Tuesday, July 31, 2007

I will not be controlled.

In a concession to my advancing age, and, more specifically, my back, I finally broke down recently and bought a backpack. I do a lot of walking to and from various forms of public transportation for my epic daily commute (East Bay represent! Sigh...)and carrying my gym bag, laptop and handbag was actually causing me medical issues. I didn't need anything fancy, just "big."

Maybe it's a testament to how impatient I get with Amazon, and how little attention I really pay to anything that isn't a picture, but the bag I ended up with is so beyond a "backpack" and so overdesigned, that I'm not really sure what I was thinking. The fucking thing is trying to micromanage the contents of my entire fucking life! There are 23 pockets and they are LABELED—you know, so I don't put the cell phone where the PDA is supposed to go, God forbid. It kind of reminds me of Derrick when we're packing the car: "Hm, are you sure you want to put that there?"

Here are the compartments on my bag:
Front mesh pocket for bike helmet (presumptuous much, backpack? I don't HAVE one.)
iPod pocket
iPod cord pocket
PDA pocket (um, how about you hold my meds instead!)
PDA charger pocket
cell phone pocket
cell phone charger pocket
mouse pocket
5 pen holders
key holder
cd case
ANOTHER cd case
headphones pouch
laptop adapter airport pouch
USB port cord holder
phone port cord holder
spare battery holder
laptop pouch

And those are just the ones that have the helpful icons. The rest are presumably meant to just be ritualistically opened and closed however many times a day your OCD calls for.

Sunday, July 29, 2007

Poem of the Week

I wanted to post a happy poem today. I failed, but it was worth it. Usually, any story or poem about 9/11 just makes be feel a vague, abstract numbness, but not this. It's one of my favorite poems.

Alabanza: In Praise of Local 100
by Martin Espada

Alabanza. Praise the cook with a shaven head
and a tattoo on this shoulder that said Oye,
a blue-eyed Puerto Rican with people from Fajardo,
the harbor of pirates centuries ago.
Praise the lighthouse in Fajardo, candle
glimmering white to worship the dark saint of the sea.
Alabanza. Praise the cook's yellow Pirates cap
worn in the name of Roberto Clemente, his plane
that flamed into the ocean loaded with cans for Nicaragua,
for all the mouths chewing the ash of earthquakes.
Alabanza. Praise the kitchen radio, dial clicked
even before the dial on the oven, so that music and Spanish
rose before bread. Praise the bread. Alabanza.

Praise Manhattan from a hundred and seven flights up,
like Atlantis glimpsed through the windows of an ancient aquarium.
Praise the great windows where immigrants from the kitchen
could squint and almost see their world, hear the chant of nations:
Ecuador, Mexico, Republica Dominicana,
Haiti, Yemen, Ghana, Bangladesh.
Praise the kitchen in the morning,
where the gas burned blue on every stove
and exhaust fans fired their diminutive propellers,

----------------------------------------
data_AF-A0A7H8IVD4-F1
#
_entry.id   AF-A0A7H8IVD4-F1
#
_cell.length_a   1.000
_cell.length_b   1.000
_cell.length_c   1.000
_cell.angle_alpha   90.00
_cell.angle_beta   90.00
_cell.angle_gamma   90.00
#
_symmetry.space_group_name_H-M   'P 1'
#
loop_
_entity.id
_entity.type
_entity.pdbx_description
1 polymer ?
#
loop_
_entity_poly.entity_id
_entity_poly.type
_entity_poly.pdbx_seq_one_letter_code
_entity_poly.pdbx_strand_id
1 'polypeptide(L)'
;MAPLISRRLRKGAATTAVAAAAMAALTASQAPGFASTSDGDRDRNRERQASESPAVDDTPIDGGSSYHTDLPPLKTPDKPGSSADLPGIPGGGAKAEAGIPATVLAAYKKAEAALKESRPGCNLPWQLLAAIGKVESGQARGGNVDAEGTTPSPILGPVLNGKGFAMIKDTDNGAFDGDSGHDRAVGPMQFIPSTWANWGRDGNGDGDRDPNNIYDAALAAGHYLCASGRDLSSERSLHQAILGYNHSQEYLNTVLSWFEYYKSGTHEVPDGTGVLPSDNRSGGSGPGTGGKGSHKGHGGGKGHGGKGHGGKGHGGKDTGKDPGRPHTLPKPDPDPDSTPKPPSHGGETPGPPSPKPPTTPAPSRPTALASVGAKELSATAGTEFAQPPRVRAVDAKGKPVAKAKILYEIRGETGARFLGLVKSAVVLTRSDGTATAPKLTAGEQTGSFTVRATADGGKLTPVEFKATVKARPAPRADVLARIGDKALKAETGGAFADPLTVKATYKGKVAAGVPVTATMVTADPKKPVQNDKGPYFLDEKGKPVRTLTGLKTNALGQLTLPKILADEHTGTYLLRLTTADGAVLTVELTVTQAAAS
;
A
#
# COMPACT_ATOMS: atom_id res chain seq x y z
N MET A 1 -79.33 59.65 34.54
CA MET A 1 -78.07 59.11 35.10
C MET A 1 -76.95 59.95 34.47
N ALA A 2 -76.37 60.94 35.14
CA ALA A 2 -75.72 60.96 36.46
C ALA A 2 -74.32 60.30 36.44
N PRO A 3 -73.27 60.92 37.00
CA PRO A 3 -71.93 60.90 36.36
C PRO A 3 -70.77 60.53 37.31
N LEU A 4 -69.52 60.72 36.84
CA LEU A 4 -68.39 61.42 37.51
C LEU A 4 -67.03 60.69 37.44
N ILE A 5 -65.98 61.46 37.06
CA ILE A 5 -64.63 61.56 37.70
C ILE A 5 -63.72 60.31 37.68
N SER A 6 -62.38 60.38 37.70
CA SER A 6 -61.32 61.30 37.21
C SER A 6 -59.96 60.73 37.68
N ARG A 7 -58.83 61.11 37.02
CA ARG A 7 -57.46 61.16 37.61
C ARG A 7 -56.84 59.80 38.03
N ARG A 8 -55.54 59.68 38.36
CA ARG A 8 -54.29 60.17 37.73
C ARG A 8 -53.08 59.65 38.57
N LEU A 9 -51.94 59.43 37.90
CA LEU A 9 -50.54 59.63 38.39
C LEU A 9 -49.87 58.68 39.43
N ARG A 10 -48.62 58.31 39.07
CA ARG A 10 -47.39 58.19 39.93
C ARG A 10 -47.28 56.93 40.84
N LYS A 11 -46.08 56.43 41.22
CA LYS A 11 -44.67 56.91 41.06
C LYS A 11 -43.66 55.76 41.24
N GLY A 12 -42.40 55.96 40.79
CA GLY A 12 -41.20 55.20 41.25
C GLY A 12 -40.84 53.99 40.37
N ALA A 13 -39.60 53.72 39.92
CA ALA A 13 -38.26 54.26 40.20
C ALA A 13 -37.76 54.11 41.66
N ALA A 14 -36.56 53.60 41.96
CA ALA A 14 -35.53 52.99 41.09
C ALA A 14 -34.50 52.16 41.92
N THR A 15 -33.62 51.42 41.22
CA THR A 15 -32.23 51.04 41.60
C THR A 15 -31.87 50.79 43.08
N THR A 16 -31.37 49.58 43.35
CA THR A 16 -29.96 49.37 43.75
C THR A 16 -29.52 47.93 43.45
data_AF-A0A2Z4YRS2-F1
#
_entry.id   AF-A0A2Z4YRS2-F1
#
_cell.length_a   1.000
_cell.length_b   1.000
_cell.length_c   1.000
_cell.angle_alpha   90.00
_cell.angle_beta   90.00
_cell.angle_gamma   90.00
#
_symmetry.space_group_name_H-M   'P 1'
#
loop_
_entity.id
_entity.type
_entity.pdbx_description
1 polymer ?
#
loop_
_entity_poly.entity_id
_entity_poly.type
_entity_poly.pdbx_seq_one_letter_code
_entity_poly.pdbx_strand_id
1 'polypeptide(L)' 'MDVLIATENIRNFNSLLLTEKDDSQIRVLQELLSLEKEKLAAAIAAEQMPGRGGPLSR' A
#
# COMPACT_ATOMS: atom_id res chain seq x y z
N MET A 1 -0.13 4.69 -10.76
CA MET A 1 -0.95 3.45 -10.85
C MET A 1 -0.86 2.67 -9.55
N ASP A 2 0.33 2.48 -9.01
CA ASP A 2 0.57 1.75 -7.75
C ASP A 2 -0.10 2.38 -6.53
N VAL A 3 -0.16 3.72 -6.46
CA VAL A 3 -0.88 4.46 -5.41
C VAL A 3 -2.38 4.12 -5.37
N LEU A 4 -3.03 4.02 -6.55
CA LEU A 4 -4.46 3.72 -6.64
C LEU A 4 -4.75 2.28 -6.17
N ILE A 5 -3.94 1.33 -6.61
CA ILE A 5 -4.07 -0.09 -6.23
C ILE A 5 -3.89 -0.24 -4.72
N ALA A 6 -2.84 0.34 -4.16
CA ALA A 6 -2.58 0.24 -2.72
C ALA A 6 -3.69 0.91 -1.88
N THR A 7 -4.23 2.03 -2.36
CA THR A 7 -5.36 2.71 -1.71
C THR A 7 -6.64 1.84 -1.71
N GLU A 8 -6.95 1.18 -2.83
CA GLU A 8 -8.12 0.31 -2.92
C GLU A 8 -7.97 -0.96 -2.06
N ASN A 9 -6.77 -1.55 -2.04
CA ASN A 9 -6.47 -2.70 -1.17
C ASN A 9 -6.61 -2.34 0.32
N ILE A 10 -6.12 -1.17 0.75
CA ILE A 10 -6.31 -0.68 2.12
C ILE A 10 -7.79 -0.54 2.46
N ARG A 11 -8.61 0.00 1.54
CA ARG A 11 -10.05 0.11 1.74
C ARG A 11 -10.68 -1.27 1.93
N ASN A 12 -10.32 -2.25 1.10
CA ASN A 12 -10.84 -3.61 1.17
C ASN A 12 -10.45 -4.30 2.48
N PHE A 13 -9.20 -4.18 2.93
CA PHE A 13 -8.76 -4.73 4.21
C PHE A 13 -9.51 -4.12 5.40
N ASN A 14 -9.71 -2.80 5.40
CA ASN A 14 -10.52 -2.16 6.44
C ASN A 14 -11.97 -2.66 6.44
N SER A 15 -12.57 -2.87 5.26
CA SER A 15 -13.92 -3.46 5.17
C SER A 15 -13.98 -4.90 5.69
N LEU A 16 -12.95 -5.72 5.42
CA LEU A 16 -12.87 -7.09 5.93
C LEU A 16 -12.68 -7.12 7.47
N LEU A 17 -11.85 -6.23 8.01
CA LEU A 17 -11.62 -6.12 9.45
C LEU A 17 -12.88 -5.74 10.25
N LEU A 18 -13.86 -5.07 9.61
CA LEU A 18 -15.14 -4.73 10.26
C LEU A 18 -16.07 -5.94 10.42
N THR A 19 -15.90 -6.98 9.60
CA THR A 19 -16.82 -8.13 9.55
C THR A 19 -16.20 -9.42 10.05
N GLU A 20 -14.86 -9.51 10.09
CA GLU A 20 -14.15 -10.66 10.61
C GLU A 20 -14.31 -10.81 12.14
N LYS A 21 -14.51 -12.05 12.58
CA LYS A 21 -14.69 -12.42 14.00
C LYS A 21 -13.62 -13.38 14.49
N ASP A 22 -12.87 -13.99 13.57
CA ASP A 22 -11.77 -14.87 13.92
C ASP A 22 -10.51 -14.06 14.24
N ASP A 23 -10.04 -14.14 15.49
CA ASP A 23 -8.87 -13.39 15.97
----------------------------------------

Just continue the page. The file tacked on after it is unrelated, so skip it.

hands cracked eggs with quick thumbs
or sliced open cartons to build an altar of cans.
Alabanza. Praise the busboy's music, the chime-chime
of his dishes and silverware in the tub.

Alabanza. Praise the dish-dog, the dishwasher
who worked that morning because another dishwasher
could not stop coughing, or because he needed overtime
to pile the sacks of rice and beans for a family
floating away on some Caribbean island plagued by frogs.
Alabanza. Praise the waitress who heard the radio in the kitchen
and sang to herself about a man gone. Alabanza.

After the thunder wilder than thunder,
and the shudder deep in the glass of the great windows,
after the radio stopped singing like a tree full of terrified frogs,
after night burst the dam of day and flooded the kitchen,
for a time the stoves glowed in darkness like the lighthouses in Fajardo,
like a cook's soul. Soul, I say, even if the dead cannot tell us
about the bristles of God's beard because God has no face,
soul I say, to name the smoke-beings flung in constellations
across the night sky of this city and cities to come.
Alabanza, I say, even if God has no face.

Alabanza. When the war began, from Manhattan to Kabul
two constellations of smoke rose and drifted to each other,
mingling in icy air, and one said with an Afghan tongue:
Teach me to dance. We have no music here.
And the other said with a Spanish tongue:
I will teach you. Music is all we have.

From Alabanza: New and Selected Poems 1982-2002

Friday, July 27, 2007

I hurt you because I care.

The Family Wainwright, minus Loudon

Coming from a family of slightly unhinged writer-types (and one entrepreneur who, strangely, makes more money than all of us combined) can be tough. Reading each other's work and learning, whether we want to or not, about each other's innermost thoughts/insecurities/demons can create, uh, an interesting dynamic. Like when you read a sex scene in a novel your dad wrote! It's interesting! Or when you write a poem that describes your uneasy relationship with your dad and you show it to him so he can critique your form! Also really interesting!